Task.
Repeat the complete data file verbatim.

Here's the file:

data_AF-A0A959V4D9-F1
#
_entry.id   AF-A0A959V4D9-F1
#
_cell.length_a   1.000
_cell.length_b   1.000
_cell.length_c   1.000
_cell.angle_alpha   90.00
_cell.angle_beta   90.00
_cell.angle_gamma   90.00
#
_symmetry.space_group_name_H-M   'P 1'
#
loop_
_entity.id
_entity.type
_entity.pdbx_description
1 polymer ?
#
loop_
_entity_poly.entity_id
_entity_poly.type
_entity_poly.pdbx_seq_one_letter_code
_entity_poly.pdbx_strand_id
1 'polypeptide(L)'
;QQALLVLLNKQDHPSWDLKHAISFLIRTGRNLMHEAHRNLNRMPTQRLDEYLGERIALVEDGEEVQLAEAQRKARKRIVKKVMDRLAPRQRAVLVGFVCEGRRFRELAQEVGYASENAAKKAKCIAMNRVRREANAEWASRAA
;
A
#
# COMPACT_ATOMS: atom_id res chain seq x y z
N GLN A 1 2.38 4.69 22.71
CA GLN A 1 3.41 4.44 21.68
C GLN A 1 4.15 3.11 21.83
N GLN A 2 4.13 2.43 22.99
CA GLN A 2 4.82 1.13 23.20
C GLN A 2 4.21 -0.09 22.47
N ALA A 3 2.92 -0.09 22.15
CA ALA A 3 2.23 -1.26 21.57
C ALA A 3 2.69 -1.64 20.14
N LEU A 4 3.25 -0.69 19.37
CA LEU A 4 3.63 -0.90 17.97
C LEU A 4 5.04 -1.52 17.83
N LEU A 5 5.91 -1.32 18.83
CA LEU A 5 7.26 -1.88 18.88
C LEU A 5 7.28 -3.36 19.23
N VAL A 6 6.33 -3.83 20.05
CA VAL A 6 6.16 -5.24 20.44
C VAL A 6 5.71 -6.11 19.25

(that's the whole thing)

data_AF-A0A959V4D9-F1
#
_entry.id   AF-A0A959V4D9-F1
#
_cell.length_a   1.000
_cell.length_b   1.000
_cell.length_c   1.000
_cell.angle_alpha   90.00
_cell.angle_beta   90.00
_cell.angle_gamma   90.00
#
_symmetry.space_group_name_H-M   'P 1'
#
loop_
_entity.id
_entity.type
_entity.pdbx_description
1 polymer ?
#
loop_
_entity_poly.entity_id
_entity_poly.type
_entity_poly.pdbx_seq_one_letter_code
_entity_poly.pdbx_strand_id
1 'polypeptide(L)'
;QQALLVLLNKQDHPSWDLKHAISFLIRTGRNLMHEAHRNLNRMPTQRLDEYLGERIALVEDGEEVQLAEAQRKARKRIVKKVMDRLAPRQRAVLVGFVCEGRRFRELAQEVGYASENAAKKAKCIAMNRVRREANAEWASRAA
;
A
#
# COMPACT_ATOMS: atom_id res chain seq x y z
N GLN A 1 2.38 4.69 22.71
CA GLN A 1 3.41 4.44 21.68
C GLN A 1 4.15 3.11 21.83
N GLN A 2 4.13 2.43 22.99
CA GLN A 2 4.82 1.13 23.20
C GLN A 2 4.21 -0.09 22.47
N ALA A 3 2.92 -0.09 22.15
CA ALA A 3 2.23 -1.26 21.57
C ALA A 3 2.69 -1.64 20.14
N LEU A 4 3.25 -0.69 19.37
CA LEU A 4 3.63 -0.90 17.97
C LEU A 4 5.04 -1.52 17.83
N LEU A 5 5.91 -1.32 18.83
CA LEU A 5 7.26 -1.88 18.88
C LEU A 5 7.28 -3.36 19.23
N VAL A 6 6.33 -3.83 20.05
CA VAL A 6 6.16 -5.24 20.44
C VAL A 6 5.71 -6.11 19.25